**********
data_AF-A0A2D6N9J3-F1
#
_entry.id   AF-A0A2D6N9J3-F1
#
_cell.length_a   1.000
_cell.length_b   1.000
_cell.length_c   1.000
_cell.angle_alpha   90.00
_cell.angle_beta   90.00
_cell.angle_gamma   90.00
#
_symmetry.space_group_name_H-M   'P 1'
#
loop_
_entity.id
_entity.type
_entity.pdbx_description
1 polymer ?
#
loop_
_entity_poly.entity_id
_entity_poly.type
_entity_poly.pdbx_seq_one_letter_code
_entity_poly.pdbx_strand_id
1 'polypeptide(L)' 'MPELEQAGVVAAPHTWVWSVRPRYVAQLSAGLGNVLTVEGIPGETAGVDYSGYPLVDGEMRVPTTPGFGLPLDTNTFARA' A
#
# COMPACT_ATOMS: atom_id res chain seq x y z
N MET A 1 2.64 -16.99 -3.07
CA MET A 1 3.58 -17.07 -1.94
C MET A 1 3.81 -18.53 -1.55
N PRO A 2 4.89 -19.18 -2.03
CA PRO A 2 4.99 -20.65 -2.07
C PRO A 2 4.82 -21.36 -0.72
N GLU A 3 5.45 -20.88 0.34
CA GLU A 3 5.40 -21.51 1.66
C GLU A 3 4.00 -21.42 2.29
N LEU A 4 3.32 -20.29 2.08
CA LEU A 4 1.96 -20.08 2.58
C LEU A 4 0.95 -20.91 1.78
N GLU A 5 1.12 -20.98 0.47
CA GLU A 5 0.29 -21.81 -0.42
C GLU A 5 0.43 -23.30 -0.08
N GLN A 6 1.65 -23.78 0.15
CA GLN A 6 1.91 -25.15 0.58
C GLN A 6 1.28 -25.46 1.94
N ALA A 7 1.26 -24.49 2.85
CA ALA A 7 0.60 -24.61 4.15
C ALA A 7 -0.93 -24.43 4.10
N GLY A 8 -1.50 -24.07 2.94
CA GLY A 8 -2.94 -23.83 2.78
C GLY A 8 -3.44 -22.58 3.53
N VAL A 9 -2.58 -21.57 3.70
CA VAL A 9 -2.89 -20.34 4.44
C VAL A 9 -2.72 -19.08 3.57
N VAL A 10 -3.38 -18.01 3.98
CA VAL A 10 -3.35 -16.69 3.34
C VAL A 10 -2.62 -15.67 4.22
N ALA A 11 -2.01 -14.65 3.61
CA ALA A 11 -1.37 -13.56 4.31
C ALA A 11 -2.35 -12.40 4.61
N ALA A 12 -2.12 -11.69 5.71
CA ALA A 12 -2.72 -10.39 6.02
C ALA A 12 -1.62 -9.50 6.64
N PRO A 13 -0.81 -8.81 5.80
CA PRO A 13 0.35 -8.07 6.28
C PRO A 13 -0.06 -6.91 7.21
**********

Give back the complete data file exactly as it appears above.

data_AF-A0A2D6N9J3-F1
#
_entry.id   AF-A0A2D6N9J3-F1
#
_cell.length_a   1.000
_cell.length_b   1.000
_cell.length_c   1.000
_cell.angle_alpha   90.00
_cell.angle_beta   90.00
_cell.angle_gamma   90.00
#
_symmetry.space_group_name_H-M   'P 1'
#
loop_
_entity.id
_entity.type
_entity.pdbx_description
1 polymer ?
#
loop_
_entity_poly.entity_id
_entity_poly.type
_entity_poly.pdbx_seq_one_letter_code
_entity_poly.pdbx_strand_id
1 'polypeptide(L)' 'MPELEQAGVVAAPHTWVWSVRPRYVAQLSAGLGNVLTVEGIPGETAGVDYSGYPLVDGEMRVPTTPGFGLPLDTNTFARA' A
#
# COMPACT_ATOMS: atom_id res chain seq x y z
N MET A 1 2.64 -16.99 -3.07
CA MET A 1 3.58 -17.07 -1.94
C MET A 1 3.81 -18.53 -1.55
N PRO A 2 4.89 -19.18 -2.03
CA PRO A 2 4.99 -20.65 -2.07
C PRO A 2 4.82 -21.36 -0.72
N GLU A 3 5.45 -20.88 0.34
CA GLU A 3 5.40 -21.51 1.66
C GLU A 3 4.00 -21.42 2.29
N LEU A 4 3.32 -20.29 2.08
CA LEU A 4 1.96 -20.08 2.58
C LEU A 4 0.95 -20.91 1.78
N GLU A 5 1.12 -20.98 0.47
CA GLU A 5 0.29 -21.81 -0.42
C GLU A 5 0.43 -23.30 -0.08
N GLN A 6 1.65 -23.78 0.15
CA GLN A 6 1.91 -25.15 0.58
C GLN A 6 1.28 -25.46 1.94
N ALA A 7 1.26 -24.49 2.85
CA ALA A 7 0.60 -24.61 4.15
C ALA A 7 -0.93 -24.43 4.10
N GLY A 8 -1.50 -24.07 2.94
CA GLY A 8 -2.94 -23.83 2.78
C GLY A 8 -3.44 -22.58 3.53
N VAL A 9 -2.58 -21.57 3.70
CA VAL A 9 -2.89 -20.34 4.44
C VAL A 9 -2.72 -19.08 3.57
N VAL A 10 -3.38 -18.01 3.98
CA VAL A 10 -3.35 -16.69 3.34
C VAL A 10 -2.62 -15.67 4.22
N ALA A 11 -2.01 -14.65 3.61
CA ALA A 11 -1.37 -13.56 4.31
C ALA A 11 -2.35 -12.40 4.61
N ALA A 12 -2.12 -11.69 5.71
CA ALA A 12 -2.72 -10.39 6.02
C ALA A 12 -1.62 -9.50 6.64
N PRO A 13 -0.81 -8.81 5.80
CA PRO A 13 0.35 -8.07 6.28
C PRO A 13 -0.06 -6.91 7.21